There are times when a piece of cinema touches us on an incredibly personal level and becomes something almost real to us.
This time, the movie that does that is “Glassland,” the latest movie by Gerard Barrett. It tells the story of a son and his attempts to help his mother face, and ultimately beat, her damaging addiction to alcohol.
This movie will be especially tough, but also especially satisfying, for people who have dealt with alcoholic family members, to watch.
Jack Reynor stars as John; a taxi driver who finds himself dragged into the world of people trafficking. Though this isn’t even his biggest problem. His much bigger issue us his mother Jean (Toni Collette) who’s at home dealing with alcoholism.
John leads a lonely existence, spending his days in his cab and coming home to wonder if Jean will even be there. If she is, she’s likely drunk and passed out in a pool of her own vomit.
John keeps mostly to himself except for his best friend Shane (Will Poulter) and is left making a bad choice for the sake of his mother’s health, as well as for his own sanity. This decision and the repercussions from it reach beyond his own home and his mother, who he places in a facility to deal with her alcohol problem.
Films about alcoholism will typically center around the alcoholic, but not with “Glassland.” Jean does play an integral part to the story, but John remains the focus and main character. The movie deals with his story and how his childhood was lost as a result of his mother’s drinking problem.
The film offers us glimpses to how John behaves now and how it resembles the child he should have been long ago. Little scenes like him playing in an arcade with Shane, or sat at home playing on a console. We can ask if they are just boys being boys, or if John is acting like a kid to try and recapture his lost youth, taken by the very person who was supposed to have encouraged him to just be a kid.
The frustration John feels towards his mother builds up until the truth comes out and John and Jean have a frank discussion about why Jean turned towards alcoholism.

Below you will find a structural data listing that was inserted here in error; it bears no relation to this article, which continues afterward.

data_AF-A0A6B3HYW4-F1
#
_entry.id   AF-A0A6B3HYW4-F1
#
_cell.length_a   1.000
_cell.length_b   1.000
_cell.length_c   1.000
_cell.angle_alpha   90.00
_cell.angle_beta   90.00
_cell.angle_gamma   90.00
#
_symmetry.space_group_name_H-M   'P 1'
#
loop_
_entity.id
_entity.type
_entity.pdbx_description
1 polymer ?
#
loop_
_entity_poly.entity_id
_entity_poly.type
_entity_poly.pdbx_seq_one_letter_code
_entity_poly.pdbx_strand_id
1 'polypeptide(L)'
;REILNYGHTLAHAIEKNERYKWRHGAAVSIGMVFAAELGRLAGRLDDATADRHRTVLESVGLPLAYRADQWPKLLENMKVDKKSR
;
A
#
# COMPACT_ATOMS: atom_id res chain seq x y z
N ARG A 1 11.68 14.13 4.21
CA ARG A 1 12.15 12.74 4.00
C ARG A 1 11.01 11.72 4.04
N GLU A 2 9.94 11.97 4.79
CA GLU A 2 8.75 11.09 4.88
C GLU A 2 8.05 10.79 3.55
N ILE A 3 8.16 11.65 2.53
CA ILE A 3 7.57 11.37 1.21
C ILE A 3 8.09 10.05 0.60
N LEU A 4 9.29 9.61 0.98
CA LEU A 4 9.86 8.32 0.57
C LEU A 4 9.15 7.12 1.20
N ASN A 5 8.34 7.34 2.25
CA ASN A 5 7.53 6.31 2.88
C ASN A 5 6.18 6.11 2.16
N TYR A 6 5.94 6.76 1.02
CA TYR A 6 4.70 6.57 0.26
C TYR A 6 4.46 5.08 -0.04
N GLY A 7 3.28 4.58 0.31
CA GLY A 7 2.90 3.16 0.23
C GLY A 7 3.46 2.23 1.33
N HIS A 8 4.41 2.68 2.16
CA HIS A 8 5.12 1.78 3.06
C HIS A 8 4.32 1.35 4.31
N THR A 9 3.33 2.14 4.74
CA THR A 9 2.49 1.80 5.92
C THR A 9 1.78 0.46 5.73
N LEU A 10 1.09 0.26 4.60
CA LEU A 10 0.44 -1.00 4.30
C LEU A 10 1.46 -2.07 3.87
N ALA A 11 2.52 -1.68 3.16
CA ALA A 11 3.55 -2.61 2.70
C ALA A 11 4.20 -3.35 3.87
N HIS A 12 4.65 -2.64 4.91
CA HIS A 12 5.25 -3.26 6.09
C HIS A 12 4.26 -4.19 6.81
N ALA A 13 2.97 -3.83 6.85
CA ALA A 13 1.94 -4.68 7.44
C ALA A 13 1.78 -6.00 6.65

In a moment of pure honesty, while trying to deny that she has a problem, Jean accuses John’s brother Kit (Harry Nagle) of being the reason she drinks. He was disowned by her after she blamed his Downs Syndrome on her husband leaving her.
John explodes in anger as he tries his absolute hardest to make his mother see reality and get help. There isn’t much more heart-wrenching than watching a son literally beg his own mother to save herself.
Reynor is most well-known for his stunning performance in “What Richard Did,” and his talent is as visible as ever here. All he wants to do is try and put together his broken family and make it happy again, and it’s devastating to watch.
Collette is equally as good and portrays a genuine alcoholic. Alcoholism never translates too well to the big screen. They tend to be too cartoony or the complete opposite. Collette performs excellently and really gets the pure weak-willed nature of alcoholics across. There are times where she makes you angry, times you genuinely feel sorry for her, and others where you just feel embarrassed for her. She really is a wonderful actress and this movie is a showcase for her talents. She hasn’t had this kind of a tour de force role since Showtime’s underrated “The United States of Tara” where she played a woman with multiple personalities. If you’ve not seen that, you’re in for a roller coaster treat of emotions.
Director Barrett really has created quite an extraordinary movie about a very difficult subject. Even the camera helps, as the still camera work brings a feeling of calmness to the whole affair. It is a movie that is easily on par with Paddy Considine’s “Tyrannosaur.”
The story may focus on the bleaker aspects for the most part, but there is an occasional glimmer of hope that keeps you going. There is the touch of humanity that only a son who has lost his childhood to an alcoholic mother could have.
The performance of the actors in front of the cameras blends so perfectly with Barrett’s work behind them that it has created the best Irish film seen in years. It opens in select theaters Feb. 12, and if it’s in your city, it’s worth checking out.
Sundance Film Review: ‘Glassland’
Reviewed at Sundance Film Festival (World Cinema — competing), Jan. 24, 2014. MPAA Rating: R. Running time: 89 MIN.
PRODUCTION: (Ireland) An Element Pictures, Nine Entertainment production, in association with the Irish Film Board. (International sales: Kaleidoscope Film Distribution, London.) Produced by Ed Guiney, Juliette Bonass. Executive producers, Andrew Lowe, Gerard Barrett.
CREW: Directed, written by Gerard Barrett. Camera (color, widescreen), Piers McGrail; editor, Nathan Nugent; production designer, Stephanie Clerkin; art director, Patricia Douglas; costume designer, Leonie Prendergast; sound, Hugh Fox; sound designers, Steven Fanagan, Niall Brady; re-recording mixer, Ken Galvin; stunt coordinator, Joe Condren; assistant director, Julien Beoniton; line producer, Catherine Dunne; casting, Louise Kiely.
WITH: Jack Reynor, Will Poulter, Michael Smiley, Toni Collette, Harry Nagle.